Opinion

Digital divide hinders fair recovery from the pandemic

An illustration of cloud computer linkages over L.A. at night. (Photo: TierneyCJ, via Shutterstock)

COVID-19 has tested our mettle and shined a light on long-held systematic deficiencies, forcing a re-prioritization of our “policy to-do list.” While the lack of equitable broadband access has served as a barrier to innovation, opportunity and connection among Californians for more than two decades, this inequity has caused more harm in one year of a pandemic than in the previous 25.

We know this issue colloquially as the “digital divide” – the gap between those with internet access at home and those without.

If we are to improve California’s chances of an inclusive economic recovery, we must address broadband for all now.

This pervasive divide particularly impacts lower-income, less educated, rural, Black and Latinx households where access is inconsistent and nearly half don’t have a broadband subscription. Across the state, close to 1-in-4 households are either under-connected or not connected at all.

When the world went virtual last year, these households went dark – no longer able to connect with loved ones, no access to help replace lost jobs and no way to attend school.

If we are to improve California’s chances of an inclusive economic recovery, we must address broadband for all now. We cannot afford to come out of this pandemic without solving the ubiquitous availability of the primary tool that helps bridge equity and opportunity gaps for all, especially when it comes to education access.

Since March, learning through our education systems – critical cogs in the wheel of economic recovery and mobility – has suffered daily as young and adult learners alike grapple with the transition to online living and learning. As the pandemic drags on, many college students close to earning their degrees and advancing in the workforce are struggling even more to stay enrolled and risk falling behind.

Education Trust-West reported that 82 percent of California college students who chose not to return to school cited uncertainty about online learning or new class formats, a decision undoubtedly impacted by students’ access to the internet and adequate technology.

With Gov. Newsom’s commitment to expand broadband access and efforts already underway in the Legislature, we can make progress toward broadband for all.

More damaging, California’s digital divide disproportionately impacts lower-income college students and students of color, further exacerbating the inequities present in higher education far before the pandemic. An estimated 25 percent of students of color and 29 percent of low-income students attending California colleges lack access to the internet, an adequate device for engaging in distance learning, or both.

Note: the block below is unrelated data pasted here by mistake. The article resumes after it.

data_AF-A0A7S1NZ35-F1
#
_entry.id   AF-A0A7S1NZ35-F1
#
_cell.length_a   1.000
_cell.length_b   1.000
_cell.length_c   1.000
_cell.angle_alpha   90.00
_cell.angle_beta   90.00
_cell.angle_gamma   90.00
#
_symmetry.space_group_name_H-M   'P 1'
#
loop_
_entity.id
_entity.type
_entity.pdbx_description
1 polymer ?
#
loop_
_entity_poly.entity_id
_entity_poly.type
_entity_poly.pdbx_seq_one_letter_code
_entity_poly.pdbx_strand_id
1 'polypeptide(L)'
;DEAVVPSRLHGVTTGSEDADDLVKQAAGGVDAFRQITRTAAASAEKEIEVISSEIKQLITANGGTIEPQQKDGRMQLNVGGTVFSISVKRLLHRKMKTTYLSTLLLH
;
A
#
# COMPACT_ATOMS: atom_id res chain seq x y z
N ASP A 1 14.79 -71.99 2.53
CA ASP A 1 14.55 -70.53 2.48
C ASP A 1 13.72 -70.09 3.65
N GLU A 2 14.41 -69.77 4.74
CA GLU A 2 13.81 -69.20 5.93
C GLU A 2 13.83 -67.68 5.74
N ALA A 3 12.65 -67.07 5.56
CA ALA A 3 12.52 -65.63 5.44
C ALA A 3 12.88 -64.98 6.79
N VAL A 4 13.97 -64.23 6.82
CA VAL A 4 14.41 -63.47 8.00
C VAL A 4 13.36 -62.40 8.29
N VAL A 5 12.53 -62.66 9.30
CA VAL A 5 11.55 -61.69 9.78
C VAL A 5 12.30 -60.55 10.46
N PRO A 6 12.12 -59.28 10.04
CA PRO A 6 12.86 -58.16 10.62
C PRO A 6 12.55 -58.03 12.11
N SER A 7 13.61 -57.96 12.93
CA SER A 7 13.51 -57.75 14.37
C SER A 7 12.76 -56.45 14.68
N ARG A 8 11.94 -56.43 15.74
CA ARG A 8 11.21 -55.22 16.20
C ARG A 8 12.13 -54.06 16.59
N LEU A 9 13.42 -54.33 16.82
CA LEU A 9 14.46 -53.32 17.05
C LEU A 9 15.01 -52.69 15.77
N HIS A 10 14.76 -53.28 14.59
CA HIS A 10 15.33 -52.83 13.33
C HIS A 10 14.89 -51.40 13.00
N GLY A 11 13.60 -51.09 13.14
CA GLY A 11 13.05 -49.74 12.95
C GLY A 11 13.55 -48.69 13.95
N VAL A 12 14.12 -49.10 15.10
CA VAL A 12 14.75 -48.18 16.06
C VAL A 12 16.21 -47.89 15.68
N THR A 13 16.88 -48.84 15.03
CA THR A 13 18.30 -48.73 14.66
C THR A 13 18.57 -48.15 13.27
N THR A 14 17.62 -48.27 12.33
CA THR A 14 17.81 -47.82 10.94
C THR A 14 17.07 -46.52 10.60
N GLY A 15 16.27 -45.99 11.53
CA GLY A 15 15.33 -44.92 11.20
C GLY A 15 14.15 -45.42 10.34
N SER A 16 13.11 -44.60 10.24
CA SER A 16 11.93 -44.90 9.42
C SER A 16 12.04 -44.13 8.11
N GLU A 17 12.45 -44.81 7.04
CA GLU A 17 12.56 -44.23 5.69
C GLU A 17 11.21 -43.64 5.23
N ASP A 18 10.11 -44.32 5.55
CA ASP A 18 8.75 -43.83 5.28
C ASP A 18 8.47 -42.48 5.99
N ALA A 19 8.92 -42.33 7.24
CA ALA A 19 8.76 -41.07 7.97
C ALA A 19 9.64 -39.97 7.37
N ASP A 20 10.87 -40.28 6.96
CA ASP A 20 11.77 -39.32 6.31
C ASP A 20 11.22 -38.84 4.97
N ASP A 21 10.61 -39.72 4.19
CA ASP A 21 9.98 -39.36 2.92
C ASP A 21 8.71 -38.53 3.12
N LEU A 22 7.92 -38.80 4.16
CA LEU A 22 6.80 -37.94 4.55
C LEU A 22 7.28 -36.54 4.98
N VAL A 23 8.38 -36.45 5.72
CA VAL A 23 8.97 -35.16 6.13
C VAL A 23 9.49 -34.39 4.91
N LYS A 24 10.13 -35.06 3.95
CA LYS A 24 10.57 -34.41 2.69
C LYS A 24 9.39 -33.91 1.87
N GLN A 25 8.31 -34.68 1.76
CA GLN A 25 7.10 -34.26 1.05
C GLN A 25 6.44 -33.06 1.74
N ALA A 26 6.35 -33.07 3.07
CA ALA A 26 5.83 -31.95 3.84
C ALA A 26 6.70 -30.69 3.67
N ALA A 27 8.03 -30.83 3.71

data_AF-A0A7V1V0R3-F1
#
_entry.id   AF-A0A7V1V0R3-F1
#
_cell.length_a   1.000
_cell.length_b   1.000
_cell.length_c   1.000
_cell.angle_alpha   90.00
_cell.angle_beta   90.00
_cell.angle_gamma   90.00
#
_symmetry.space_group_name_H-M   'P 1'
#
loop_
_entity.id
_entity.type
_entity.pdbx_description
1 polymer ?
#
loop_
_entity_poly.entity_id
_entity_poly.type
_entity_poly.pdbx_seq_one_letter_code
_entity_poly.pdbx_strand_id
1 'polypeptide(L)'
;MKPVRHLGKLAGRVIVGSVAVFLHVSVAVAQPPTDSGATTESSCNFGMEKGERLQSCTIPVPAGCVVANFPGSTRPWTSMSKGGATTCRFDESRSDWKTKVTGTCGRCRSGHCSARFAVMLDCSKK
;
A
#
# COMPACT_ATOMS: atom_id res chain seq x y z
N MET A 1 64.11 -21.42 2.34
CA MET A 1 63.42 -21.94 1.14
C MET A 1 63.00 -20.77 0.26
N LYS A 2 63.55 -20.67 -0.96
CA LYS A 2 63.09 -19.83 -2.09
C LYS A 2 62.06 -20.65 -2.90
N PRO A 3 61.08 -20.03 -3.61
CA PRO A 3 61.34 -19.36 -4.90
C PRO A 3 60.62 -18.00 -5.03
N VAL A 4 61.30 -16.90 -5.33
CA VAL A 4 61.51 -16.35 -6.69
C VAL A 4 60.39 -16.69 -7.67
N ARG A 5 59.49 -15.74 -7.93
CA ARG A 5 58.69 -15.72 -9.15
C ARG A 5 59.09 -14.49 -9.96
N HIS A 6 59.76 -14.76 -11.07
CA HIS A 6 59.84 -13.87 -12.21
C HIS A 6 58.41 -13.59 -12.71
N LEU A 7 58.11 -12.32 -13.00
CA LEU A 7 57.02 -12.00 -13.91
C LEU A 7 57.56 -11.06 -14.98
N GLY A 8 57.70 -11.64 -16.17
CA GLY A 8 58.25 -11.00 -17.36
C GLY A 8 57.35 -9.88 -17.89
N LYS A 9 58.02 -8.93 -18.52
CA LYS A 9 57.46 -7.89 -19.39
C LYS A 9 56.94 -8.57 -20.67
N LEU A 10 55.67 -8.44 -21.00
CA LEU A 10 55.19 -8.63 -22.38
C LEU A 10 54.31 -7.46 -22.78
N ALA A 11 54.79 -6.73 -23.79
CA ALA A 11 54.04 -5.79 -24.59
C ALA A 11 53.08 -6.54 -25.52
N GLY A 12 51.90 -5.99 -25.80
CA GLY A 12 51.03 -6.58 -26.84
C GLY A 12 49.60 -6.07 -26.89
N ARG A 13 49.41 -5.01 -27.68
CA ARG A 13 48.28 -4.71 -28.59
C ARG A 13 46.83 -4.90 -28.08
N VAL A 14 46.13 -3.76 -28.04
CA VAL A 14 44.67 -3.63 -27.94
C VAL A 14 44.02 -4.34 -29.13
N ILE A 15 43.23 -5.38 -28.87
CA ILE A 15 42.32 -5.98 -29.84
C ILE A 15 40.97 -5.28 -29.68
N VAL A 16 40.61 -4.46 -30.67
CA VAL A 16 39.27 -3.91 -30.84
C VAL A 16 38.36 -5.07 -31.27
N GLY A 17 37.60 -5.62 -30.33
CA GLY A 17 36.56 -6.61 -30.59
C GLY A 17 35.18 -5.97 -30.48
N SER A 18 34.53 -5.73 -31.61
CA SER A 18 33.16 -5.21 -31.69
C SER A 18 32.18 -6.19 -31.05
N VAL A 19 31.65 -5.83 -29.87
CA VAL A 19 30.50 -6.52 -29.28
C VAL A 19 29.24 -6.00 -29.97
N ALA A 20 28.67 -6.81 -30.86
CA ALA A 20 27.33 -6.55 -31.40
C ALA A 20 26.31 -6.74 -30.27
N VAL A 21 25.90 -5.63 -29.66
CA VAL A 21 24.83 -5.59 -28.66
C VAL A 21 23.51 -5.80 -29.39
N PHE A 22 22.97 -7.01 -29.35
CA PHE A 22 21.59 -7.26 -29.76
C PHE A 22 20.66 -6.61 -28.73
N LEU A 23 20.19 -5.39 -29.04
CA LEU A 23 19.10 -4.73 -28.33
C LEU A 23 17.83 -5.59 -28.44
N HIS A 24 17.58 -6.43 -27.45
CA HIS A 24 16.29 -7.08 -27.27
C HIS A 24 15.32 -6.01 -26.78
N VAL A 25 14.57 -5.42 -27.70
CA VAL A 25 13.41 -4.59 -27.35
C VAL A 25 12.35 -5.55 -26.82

To help combat challenges the digital divide has intensified for college students through the pandemic, Western Governors University (WGU) launched its Equitable Access Initiative to ensure student education can continue uninterrupted. The initiative, encompassing WGU’s Online Access Scholarship, Resiliency Grant, Opportunity Grant and other resources, aims to reduce barriers to postsecondary education that plague too many Californians.

But these efforts are only a small step forward. Much work remains to truly overcome the digital divide and its consequences. California leaders in the public and private sectors must work together to address these growing inequities before it’s too late.

Through the collaboration beginning with Gov. Newsom’s commitment to expand broadband access and efforts already underway in the Legislature, we can make progress toward broadband for all.

Proposed legislation such as Senate Bill 4 by Sen. Lena Gonzalez (D-Long Beach)would generate funds urgently needed to bring internet service to underserved areas of California. I strongly support this bill and encourage all Californians to speak up in support of this and similar efforts to help close the digital divide once and for all.

As we start to turn our focus from the pandemic toward a return to prosperity, we must do our part to equip all Californians with the necessary tools to contribute to the state’s long-term economic vitality, especially when it comes to our ability to access education and pathways to opportunity.

Editor’s Note: Richard Benbow is regional vice president of Western Governors University, a nonprofit, online university committed to serving underserved communities.


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